I saw all this recent “drama” regarding your comments about
inconsistent or incorrect theory and I just wanted to chime in. I
don’t need it to be public but I am also a bit passionate about the
I started out with traditional lessons and I am actually quite good
at reading music. In fact, my reading is probably better than my
actual playing and I would consider myself an intermediate level
Traditional methods of sight reading did not teach me the “language
of music” but it caused me to rely on sheet music whenever I wanted to play a song. Your play by ear program is not the only program
that I’ve come across but until I started to understand the the
“why” of music, this is what unlocked the keys to play by ear and
that is what learning music should be all about. Because now I’m in
a better position to play the songs that I WANT to play and actually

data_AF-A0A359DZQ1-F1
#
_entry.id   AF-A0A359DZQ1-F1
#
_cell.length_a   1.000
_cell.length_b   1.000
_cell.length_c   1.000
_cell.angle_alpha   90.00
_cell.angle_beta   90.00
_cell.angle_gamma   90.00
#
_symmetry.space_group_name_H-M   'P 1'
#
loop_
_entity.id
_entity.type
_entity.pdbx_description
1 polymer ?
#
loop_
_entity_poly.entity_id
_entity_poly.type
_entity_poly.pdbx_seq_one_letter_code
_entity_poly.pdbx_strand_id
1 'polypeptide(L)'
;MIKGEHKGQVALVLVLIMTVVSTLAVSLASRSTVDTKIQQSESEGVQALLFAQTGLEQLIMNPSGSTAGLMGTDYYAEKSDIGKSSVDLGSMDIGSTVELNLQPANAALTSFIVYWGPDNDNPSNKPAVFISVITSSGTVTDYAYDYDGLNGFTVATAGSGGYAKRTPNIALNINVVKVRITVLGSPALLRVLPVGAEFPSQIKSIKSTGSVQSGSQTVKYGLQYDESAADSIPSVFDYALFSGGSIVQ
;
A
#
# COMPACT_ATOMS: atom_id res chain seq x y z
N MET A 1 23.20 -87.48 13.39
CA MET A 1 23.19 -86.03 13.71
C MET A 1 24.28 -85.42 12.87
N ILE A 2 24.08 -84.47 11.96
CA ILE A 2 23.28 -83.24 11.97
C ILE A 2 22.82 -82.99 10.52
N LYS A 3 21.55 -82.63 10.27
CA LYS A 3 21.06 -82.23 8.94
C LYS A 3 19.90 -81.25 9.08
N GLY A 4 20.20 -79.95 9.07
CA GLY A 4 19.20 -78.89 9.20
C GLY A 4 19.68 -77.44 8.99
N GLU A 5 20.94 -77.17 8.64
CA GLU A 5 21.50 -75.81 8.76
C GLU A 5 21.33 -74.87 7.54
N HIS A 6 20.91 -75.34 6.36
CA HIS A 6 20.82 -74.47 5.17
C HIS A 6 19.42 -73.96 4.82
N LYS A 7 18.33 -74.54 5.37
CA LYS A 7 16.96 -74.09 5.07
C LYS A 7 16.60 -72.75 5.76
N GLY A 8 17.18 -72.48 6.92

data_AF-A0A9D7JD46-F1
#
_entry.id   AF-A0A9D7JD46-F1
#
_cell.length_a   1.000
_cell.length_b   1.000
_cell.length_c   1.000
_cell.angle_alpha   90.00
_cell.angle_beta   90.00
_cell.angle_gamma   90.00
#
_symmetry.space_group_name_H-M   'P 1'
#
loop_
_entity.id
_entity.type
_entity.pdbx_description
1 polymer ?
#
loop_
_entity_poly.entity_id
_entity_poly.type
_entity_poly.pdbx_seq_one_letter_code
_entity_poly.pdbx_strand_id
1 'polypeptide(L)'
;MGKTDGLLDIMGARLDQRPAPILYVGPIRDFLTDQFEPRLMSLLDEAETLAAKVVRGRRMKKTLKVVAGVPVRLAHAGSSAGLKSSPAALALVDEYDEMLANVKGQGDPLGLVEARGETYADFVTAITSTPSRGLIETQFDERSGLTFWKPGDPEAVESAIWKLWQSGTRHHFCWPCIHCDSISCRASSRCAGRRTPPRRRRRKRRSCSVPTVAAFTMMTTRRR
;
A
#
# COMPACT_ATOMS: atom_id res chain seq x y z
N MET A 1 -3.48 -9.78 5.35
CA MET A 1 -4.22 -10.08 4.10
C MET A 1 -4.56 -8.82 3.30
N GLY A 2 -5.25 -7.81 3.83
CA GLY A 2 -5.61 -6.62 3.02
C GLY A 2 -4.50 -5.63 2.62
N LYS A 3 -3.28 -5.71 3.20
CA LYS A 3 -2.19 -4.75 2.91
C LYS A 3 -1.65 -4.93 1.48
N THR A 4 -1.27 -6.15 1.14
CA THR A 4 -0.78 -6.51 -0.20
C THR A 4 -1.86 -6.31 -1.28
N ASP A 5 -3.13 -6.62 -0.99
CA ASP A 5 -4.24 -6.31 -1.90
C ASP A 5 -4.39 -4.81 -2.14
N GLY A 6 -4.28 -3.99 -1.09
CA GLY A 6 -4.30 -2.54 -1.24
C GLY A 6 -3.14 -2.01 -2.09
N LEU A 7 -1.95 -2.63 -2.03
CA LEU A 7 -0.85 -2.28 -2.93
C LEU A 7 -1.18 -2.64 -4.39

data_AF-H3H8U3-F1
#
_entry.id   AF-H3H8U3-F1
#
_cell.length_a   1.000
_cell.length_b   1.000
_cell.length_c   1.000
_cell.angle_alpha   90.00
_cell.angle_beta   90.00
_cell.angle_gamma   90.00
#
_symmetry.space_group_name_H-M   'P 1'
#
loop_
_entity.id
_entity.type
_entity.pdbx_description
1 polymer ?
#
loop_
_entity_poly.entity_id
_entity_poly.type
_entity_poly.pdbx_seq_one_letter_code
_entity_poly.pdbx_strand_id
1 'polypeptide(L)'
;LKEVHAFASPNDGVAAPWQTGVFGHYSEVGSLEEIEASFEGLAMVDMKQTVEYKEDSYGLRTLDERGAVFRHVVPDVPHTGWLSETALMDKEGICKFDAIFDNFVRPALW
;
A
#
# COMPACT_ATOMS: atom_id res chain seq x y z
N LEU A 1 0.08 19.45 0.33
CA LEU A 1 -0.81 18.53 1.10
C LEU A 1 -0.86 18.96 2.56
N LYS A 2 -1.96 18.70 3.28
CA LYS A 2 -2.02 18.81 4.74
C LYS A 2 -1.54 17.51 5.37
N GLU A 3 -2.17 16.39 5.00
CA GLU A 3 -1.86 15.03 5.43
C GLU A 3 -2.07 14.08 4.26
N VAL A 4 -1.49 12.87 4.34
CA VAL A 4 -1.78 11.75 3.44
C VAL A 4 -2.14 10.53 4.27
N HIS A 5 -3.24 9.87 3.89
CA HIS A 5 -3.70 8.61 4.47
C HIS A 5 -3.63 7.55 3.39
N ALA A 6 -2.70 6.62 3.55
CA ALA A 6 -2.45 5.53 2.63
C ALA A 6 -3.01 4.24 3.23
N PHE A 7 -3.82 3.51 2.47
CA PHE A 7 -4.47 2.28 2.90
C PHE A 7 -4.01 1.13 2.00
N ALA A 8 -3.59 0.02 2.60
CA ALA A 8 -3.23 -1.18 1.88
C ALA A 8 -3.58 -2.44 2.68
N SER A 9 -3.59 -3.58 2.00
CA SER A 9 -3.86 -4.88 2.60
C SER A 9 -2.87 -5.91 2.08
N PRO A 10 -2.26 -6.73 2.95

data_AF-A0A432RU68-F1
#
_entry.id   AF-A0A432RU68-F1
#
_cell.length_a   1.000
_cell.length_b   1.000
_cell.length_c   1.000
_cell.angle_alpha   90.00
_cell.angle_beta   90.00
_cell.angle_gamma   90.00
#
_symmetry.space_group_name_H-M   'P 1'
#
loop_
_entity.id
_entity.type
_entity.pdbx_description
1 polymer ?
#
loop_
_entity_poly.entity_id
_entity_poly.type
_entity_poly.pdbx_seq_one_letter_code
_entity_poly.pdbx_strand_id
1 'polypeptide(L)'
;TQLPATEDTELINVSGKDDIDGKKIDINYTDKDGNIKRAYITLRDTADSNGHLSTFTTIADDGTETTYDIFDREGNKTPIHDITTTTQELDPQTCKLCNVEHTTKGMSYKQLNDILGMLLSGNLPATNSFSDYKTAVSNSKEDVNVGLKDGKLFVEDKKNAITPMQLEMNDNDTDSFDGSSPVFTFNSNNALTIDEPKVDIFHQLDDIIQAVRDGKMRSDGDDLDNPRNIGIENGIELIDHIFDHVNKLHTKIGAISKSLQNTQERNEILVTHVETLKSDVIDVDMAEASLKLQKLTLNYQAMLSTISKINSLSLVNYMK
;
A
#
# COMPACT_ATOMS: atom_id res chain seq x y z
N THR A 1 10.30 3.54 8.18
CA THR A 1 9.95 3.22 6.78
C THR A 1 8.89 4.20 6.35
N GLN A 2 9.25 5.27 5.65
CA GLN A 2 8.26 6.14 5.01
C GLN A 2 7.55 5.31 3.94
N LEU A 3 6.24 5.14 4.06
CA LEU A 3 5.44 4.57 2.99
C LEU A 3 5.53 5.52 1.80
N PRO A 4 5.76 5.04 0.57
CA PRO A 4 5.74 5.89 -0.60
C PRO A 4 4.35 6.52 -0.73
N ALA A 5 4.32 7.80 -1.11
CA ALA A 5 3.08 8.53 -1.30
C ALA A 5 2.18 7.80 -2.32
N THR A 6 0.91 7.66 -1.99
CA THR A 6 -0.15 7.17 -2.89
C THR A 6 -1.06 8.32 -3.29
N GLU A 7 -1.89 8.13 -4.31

understand what I’m playing and be able to unlock it. I didn’t get
extremely far in the traditional system (due to the cost of lessons)
but if I compare the two I am much more empowered now.
I must say that THEORY is very important in music and I consider
theory to be apart of the musical language, like the fact that a
Sus4 chord is made up of 1 4 5, I consider that theory, and the fact
that the 5 chord resolves to the 1, I consider all this important
theory in understanding the WHY of music and the musical language. I
also see where you are going when you say that a lot of the
traditional theories just put things out there for the sake of
“giving it a name to make it official“.
(Traditional Theorist #1) speaks of the reason why it is called diminished is because the interval of the 4th and 5th are perfect? But, what makes an